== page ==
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leonardmaltin
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Leonard Maltin

Cowboys Are Still Riding High

  • By Leonard Maltin
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  • April 18, 2011 9:00 AM
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  • 1 Comment
I know a little something about fanzines, having published one for many years. Young people may not even know the term, which predates the Internet, with its sites and blogs, by many decades. Back then, before there was even widespread access to photocopy machines, I inherited Film Fan Monthly from its founder, Daryl Davy, in May of 1966 and combined it with my much more modest publication, Profile, which was then printed on a mimeograph machine. With a schoolmate, at first, and then my dad, I continued producing FFM every month—which included licking stamps, stuffing envelopes, and hauling bins to the post office—for the next nine years. (If you’re curious, you can explore and even purchase vintage issues HERE.)

movie review: The Princess Of Montpensier

  • By Leonard Maltin
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  • April 15, 2011 10:49 PM
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  • 2 Comments
I love movies that transport me to a different time and place. Bertrand Tavernier has said that with this film his goal was to make a tale of 16th century France seem so vivid and immediate that there would be no distance between the viewer and the characters on screen. That’s no small feat, but he has accomplished it with style and grace, as you would expect from this humanistic and virtuosic director.

movie review: Rio

  • By Leonard Maltin
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  • April 15, 2011 4:35 AM
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  • 0 Comments
When Blue Sky Studio unveiled its debut feature-film, Ice Age, a decade ago, it became clear that Pixar didn’t have a monopoly on clever storytelling or computer imagery. Now, longtime staff director Carlos Saldanha, who was born in Brazil, has returned to his homeland, cinematically speaking, to create a lively, colorful, thoroughly entertaining animated feature.

movie review: The Conspirator

  • By Leonard Maltin
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  • April 15, 2011 4:00 AM
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  • 11 Comments
There’s nothing more frustrating than wanting a movie to be great and having to admit that it falls short. At one point during The Conspirator I found myself willing it to be more exciting and dynamic, to no avail. It isn’t bad, but it never scales the heights of greatness its story promises and demands.

dvd watch: Classic Comedies...Imported!

  • By Leonard Maltin
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  • April 14, 2011 4:30 AM
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  • 5 Comments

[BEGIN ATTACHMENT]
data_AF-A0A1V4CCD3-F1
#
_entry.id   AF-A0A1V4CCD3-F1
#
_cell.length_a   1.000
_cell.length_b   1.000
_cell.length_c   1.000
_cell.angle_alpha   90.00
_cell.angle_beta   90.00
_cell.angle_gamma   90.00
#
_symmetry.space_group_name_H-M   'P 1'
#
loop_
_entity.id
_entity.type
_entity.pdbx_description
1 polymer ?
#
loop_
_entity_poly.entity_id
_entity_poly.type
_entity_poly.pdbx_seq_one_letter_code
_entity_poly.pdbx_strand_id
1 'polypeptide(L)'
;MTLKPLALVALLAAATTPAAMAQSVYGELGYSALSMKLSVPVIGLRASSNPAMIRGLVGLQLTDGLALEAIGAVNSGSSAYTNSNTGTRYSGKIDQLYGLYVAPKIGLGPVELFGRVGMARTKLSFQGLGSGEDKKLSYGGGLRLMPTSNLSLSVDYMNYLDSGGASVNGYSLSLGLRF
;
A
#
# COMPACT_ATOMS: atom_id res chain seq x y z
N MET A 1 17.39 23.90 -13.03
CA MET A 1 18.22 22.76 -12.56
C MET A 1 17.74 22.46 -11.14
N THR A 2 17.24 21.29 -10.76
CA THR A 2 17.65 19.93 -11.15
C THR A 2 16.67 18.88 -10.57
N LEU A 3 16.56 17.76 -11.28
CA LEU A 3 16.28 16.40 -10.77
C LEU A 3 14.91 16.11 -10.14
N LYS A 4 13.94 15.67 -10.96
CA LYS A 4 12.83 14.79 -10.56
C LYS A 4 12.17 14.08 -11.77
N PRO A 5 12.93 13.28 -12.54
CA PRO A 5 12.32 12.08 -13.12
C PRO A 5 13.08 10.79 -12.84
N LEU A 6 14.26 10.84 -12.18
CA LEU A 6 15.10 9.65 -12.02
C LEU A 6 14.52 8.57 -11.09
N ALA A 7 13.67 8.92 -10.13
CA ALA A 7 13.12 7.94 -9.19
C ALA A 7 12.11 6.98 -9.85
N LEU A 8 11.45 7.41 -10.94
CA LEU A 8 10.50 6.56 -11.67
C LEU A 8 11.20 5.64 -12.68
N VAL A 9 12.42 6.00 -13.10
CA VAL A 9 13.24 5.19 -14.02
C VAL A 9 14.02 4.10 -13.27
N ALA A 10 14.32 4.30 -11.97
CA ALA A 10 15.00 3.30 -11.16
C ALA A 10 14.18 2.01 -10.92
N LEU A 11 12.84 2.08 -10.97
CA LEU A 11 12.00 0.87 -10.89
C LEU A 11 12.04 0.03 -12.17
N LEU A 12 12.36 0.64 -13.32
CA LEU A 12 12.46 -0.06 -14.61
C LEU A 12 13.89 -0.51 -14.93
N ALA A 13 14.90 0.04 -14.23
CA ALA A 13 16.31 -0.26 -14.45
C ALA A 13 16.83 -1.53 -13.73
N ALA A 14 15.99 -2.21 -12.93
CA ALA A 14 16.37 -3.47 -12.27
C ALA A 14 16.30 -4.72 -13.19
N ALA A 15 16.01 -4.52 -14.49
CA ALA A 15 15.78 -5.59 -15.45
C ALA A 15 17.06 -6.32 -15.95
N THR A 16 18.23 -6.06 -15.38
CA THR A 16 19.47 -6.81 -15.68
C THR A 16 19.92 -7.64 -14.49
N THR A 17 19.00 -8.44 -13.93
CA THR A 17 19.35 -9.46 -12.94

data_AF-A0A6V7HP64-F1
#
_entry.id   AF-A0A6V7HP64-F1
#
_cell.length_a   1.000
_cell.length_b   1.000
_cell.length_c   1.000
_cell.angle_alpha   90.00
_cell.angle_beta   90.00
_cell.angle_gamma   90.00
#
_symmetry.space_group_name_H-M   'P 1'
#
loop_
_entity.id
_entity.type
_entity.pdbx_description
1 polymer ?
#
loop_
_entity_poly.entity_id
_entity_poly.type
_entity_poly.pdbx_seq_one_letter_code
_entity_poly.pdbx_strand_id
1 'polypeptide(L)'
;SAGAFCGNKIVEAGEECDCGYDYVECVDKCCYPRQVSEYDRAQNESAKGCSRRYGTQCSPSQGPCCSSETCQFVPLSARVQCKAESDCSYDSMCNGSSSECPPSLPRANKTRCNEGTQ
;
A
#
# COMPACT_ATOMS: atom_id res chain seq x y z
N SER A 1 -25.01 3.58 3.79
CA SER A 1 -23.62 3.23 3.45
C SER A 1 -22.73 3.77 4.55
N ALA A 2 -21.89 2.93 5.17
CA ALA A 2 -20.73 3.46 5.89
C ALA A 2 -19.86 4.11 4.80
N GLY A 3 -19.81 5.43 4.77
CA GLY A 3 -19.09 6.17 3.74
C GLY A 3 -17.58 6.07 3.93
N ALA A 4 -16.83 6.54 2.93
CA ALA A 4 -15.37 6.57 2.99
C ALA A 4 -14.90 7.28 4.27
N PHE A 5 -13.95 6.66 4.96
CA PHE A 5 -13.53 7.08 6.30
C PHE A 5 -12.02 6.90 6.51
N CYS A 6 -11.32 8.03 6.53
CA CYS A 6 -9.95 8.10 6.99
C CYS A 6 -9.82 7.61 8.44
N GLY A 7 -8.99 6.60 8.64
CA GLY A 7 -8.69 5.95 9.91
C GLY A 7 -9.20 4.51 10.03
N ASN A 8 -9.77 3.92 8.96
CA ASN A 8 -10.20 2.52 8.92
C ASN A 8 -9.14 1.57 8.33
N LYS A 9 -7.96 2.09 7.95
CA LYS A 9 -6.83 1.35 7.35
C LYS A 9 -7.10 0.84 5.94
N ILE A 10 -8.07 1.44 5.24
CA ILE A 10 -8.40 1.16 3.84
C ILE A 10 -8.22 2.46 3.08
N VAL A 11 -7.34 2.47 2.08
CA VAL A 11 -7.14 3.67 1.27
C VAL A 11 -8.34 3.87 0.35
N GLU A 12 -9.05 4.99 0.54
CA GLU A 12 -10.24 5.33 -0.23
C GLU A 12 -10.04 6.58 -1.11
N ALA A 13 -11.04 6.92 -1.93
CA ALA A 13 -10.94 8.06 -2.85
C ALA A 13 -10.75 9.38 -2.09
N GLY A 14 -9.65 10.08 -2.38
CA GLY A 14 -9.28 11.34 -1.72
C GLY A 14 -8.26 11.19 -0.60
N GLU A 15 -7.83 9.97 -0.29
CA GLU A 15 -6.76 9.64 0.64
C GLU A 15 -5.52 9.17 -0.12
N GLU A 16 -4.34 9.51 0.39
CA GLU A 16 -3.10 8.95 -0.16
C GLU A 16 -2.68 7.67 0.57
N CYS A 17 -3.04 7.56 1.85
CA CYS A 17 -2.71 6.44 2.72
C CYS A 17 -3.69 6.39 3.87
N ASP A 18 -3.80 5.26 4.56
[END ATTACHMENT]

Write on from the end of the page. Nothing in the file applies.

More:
ZaSu Pitts and Thelma Todd, Hal Roach’s distaff comedy duo.

An Inspiring Actress…And An Inspired TV Comedy

  • By Leonard Maltin
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  • April 12, 2011 4:03 AM
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  • 2 Comments
dvd reviews

movie review: Hanna

  • By Leonard Maltin
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  • April 8, 2011 4:30 AM
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  • 6 Comments

movie review: Your Highness

  • By Leonard Maltin
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  • April 8, 2011 4:15 AM
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  • 7 Comments
In theory, I suppose it would be funny—and incongruous—if in the middle of a serious costume drama a noble action hero uttered a four-letter word. Hearing Danny McBride do just that, repeatedly, in Your Highness not only isn’t funny but grows wearisome as the film plods along, seemingly unaware that it’s played all of its cards.

movie review: Arthur

  • By Leonard Maltin
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  • April 8, 2011 4:00 AM
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  • 2 Comments
How you react to Arthur will largely depend on your expectations. If you’ve never seen, or heard of, the 1981 movie Arthur you might find the new movie of the same name fairly entertaining. But if you have fond memories of the original, written and directed by Steve Gordon, you’ll know the truth: this occasionally amusing film can’t compare to the original, which was flat-out hilarious, with plum parts for Dudley Moore, as a childlike billionaire, and John Gielgud, as his long-suffering valet and caretaker. The best part of the new movie is the inspired casting of Russell Brand and Helen Mirren in the leading roles.

Film Noir: Mildred Pierce...And More

  • By Leonard Maltin
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  • April 7, 2011 4:24 AM
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  • 3 Comments
When I was a kid, the first sign of spring was the arrival of the Good Humor truck in my neighborhood, bringing my favorite ice-cream pops (like the unforgettable Chocolate Éclair). Nowadays, I know it’s spring when the Noir City: Hollywood Festival arrives at the Egyptian Theater, under the auspices of the American Cinematheque and the Film Noir Foundation. For this 13th annual event, Eddie Muller (the Czar of Noir), Alan K. Rode and their cohorts have cooked up another interesting schedule, introducing rare and unusual titles from the 1940s and 50s, many of which are not available on DVD.
More: Journal

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